Home Page Hard Times Survival Hard Times Recipes Gardening Tips Firearm Facts Economy Book Reviews Search Website
Wilderness Survival Christian Poems Bible & Prophecy Other Information Product Links My Books


Ancient Board Games and Solitaire Game From Around the World
Volume Two

Copyright © November 1, 2011 by Robert Wayne Atkins, P.E.
All Rights Reserved.



Direct Link to Amazon Web Page for Ancient Board Games and Solitaire Games From Around the World, Volumne Two
Click here and you will be taken to the Amazon web page that features this book.

ISBN: 978-0-9837933-6-6
Type of Book: Paperback
Book Size: 8.5 inches by 11 inches
Number of Pages: 52
Number of Full Color Game Board Illustrations: 21
Normal Retail Price: $9.95

Note: This book is eligible for Free Shipping if your total Amazon order is $49.00 or more. However, you must choose the Free Shipping option that will appear on your final checkout screen before you transmit your order. If you do not click on Free Shipping then Amazon will charge you a shipping fee for this book.



Book Description on Amazon.com

Except for checkers (draughts) none of the games in Volume One (green cover) are repeated in Volume Two (rose color). The only reason checkers was repeated was to reproduce the classic checkerboard so that seven other checker games could be explained and played.

This book contains a collection of approximately 27 very challenging and entertaining board games from around the world, such as Korea, North America, Mesopotamia, Egypt, Finland, India, Germany, Spain, Denmark, England, Turkey, Sweden, Iceland, Italy, Thailand, Russia, and China.

Some of these games have been around for several thousand years and they have been played by individuals in many different parts of the world who speak a variety of different languages. Because of the translation issues with specific words in different languages, some of the games do sometimes have slightly different rules depending on which continent the game is currently being played. The instructions that appear in this book are the most commonly agreed upon rules for each individual game. However, some of the games do have interesting variations, and when appropriate, those variations are also described.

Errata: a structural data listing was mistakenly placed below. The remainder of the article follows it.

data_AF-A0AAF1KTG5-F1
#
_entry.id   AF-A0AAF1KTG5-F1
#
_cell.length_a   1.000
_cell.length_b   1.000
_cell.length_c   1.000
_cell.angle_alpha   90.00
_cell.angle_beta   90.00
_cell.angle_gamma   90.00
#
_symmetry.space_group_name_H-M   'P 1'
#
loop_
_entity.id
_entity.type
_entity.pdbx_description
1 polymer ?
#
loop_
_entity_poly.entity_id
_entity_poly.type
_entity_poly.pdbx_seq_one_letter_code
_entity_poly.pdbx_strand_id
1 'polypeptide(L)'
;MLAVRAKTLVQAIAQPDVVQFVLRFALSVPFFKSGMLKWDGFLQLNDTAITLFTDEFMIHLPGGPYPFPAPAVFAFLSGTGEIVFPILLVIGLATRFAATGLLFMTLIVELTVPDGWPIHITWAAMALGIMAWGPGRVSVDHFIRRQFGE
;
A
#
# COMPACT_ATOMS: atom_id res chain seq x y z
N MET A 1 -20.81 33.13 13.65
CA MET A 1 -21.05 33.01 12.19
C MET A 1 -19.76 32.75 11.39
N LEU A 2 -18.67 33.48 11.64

This book is different from other historical game books in the following ways:
  1. Each game has a full-color full-size game board printed on an 8.5 by 11 inch page. This size game board is large enough to actually play the game on. Other historical game books sometimes describe the game board in paragraph form or they include a small black and white sketch of the game board drawn in a small rectangle that usually measures about 2.25 by 2.5 inches.
  2. The interior of the book is printed in full color. Other historical game books have a color cover but the interior of the book is printed in black and white. Printing the interior of a book in black in white is a lot, lot cheaper than printing the interior of a book in full color.
  3. The instructions for each game always appear in the following format: origin of the game, number of players, number of playing pieces per player, board design, objective of the game, the starting position of the game pieces, how to play the game, and how to win the game. Other historical game books sometimes describe the games in paragraphs and the details about the game do not appear in any standard order and therefore some of the game details are occasionally omitted.
  4. The instructions appear in an 11-point size type that is easy to read for people of all ages, including young children and many senior adults. Other historical game books may be printed using a smaller type that does conserve space but the smaller type can be a little more challenging to read for some people.
  5. The instructions occasionally include additional playing rules that have gradually evolved with the passage of time. These additional rules help to prevent the game from frequently ending in a draw (no winner and no loser) or they address special situations that can develop during play that are not covered in the rules that appear in other historical game books.
  6. This book is printed in small batches as orders are received. Other historical game books were printed many years ago in large quantities in the hope that someone will eventually buy them.
  7. This book does not describe any historical games for which the rules are not known.